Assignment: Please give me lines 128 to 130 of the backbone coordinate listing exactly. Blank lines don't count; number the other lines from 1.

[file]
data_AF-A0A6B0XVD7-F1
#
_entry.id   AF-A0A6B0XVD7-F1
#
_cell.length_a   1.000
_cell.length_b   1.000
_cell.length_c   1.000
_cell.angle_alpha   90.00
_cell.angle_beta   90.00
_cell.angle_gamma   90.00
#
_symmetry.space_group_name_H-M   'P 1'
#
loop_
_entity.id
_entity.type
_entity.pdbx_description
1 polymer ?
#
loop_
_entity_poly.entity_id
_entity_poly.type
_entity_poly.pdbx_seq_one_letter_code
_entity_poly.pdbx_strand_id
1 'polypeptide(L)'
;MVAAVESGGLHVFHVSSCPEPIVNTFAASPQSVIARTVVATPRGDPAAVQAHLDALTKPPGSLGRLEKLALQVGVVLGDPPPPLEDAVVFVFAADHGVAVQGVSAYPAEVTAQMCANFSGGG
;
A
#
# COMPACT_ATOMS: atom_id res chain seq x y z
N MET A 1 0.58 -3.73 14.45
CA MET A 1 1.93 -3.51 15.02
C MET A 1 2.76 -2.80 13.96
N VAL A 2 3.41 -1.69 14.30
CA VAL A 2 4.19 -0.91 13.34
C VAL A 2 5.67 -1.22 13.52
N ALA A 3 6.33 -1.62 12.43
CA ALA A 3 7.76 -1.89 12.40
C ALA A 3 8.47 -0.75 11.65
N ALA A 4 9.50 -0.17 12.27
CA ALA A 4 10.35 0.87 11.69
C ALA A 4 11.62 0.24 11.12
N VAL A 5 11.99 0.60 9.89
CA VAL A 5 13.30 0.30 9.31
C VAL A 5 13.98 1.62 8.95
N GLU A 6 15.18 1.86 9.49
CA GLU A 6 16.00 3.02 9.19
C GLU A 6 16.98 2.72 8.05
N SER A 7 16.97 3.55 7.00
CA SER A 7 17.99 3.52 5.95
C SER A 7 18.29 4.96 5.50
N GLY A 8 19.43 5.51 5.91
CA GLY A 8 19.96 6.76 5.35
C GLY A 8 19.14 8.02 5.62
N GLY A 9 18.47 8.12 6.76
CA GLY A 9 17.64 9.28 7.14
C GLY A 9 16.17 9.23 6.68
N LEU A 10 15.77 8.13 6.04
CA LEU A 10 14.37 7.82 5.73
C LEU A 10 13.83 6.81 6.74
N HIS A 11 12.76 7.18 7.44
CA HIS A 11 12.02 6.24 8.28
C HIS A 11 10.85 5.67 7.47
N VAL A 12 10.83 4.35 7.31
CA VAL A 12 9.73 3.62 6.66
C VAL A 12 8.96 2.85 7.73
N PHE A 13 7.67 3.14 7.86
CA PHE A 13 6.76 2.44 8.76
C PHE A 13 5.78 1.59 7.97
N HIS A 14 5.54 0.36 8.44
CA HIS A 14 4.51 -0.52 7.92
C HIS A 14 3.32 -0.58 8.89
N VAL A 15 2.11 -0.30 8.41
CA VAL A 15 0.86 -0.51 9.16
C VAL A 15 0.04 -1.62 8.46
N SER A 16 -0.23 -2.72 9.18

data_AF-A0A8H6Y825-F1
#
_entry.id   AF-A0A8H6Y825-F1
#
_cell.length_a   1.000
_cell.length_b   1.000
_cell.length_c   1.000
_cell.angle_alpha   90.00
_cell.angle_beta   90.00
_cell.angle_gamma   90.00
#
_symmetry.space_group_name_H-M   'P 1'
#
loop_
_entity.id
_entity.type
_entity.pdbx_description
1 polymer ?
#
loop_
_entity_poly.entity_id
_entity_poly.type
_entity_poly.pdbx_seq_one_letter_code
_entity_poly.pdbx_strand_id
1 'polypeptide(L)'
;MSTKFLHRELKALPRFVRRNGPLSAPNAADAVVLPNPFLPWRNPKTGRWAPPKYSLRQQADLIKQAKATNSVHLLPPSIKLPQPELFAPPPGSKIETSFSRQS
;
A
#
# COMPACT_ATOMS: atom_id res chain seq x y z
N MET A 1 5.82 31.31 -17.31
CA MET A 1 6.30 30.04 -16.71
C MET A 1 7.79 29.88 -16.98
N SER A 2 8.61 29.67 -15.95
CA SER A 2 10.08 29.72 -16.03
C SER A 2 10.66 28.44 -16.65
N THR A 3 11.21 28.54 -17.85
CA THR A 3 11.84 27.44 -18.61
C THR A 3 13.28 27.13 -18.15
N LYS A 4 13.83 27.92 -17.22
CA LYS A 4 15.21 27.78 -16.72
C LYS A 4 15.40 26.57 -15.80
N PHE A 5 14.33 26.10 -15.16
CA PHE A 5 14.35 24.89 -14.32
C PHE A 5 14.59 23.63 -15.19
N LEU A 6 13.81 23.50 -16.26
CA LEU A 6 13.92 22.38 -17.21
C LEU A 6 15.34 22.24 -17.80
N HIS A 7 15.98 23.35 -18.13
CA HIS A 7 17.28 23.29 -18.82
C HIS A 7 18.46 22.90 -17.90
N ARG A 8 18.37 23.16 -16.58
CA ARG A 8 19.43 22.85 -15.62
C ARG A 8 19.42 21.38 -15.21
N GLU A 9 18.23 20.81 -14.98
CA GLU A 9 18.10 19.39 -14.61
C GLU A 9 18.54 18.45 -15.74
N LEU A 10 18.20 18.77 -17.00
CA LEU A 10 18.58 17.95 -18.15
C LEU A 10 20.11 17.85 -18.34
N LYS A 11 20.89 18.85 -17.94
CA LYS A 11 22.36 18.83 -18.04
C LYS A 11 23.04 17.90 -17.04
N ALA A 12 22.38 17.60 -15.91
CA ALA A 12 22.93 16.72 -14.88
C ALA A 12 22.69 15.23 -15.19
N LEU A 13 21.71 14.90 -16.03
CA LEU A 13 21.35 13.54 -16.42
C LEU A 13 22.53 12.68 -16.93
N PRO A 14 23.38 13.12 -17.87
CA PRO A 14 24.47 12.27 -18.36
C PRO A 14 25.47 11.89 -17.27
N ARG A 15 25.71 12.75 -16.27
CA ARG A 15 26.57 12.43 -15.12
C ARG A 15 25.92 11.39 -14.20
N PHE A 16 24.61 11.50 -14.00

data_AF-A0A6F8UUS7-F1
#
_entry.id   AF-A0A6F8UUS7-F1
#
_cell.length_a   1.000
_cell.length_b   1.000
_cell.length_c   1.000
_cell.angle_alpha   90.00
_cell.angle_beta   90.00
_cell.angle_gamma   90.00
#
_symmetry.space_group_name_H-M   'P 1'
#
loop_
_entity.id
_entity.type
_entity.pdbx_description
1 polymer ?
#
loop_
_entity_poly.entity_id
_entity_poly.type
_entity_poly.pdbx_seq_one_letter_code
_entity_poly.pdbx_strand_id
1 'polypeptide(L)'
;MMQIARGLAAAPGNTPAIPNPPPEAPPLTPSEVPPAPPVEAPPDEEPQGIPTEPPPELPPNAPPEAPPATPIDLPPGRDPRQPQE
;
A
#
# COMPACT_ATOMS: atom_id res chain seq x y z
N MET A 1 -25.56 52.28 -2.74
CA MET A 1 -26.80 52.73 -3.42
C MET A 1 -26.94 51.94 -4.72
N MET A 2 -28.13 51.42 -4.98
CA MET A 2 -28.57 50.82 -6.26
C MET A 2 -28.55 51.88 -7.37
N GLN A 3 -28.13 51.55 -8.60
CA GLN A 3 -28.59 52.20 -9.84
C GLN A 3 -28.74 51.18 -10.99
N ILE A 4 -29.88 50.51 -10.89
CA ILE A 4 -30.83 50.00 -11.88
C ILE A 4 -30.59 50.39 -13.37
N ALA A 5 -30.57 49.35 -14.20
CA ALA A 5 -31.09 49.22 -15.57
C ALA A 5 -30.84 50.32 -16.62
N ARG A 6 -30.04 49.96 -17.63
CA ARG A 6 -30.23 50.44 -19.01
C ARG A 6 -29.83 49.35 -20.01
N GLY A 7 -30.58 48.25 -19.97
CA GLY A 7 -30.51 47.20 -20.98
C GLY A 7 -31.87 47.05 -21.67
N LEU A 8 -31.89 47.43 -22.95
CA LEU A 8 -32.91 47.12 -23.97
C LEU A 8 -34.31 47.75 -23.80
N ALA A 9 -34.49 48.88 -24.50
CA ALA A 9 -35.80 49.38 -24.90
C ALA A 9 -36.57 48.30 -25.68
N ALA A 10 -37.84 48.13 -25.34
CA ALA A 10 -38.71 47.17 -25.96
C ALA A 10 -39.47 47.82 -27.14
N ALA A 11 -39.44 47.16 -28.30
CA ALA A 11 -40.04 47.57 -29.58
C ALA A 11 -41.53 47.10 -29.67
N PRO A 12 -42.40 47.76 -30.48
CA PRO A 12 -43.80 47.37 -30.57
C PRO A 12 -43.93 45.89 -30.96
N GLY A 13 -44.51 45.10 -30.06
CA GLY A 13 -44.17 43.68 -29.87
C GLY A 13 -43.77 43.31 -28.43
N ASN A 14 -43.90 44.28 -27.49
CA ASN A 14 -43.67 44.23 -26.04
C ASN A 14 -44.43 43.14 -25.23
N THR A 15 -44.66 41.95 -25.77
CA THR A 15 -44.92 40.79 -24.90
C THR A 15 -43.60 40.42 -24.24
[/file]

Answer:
N ARG A 8 18.37 23.16 -16.58
CA ARG A 8 19.43 22.85 -15.62
C ARG A 8 19.42 21.38 -15.21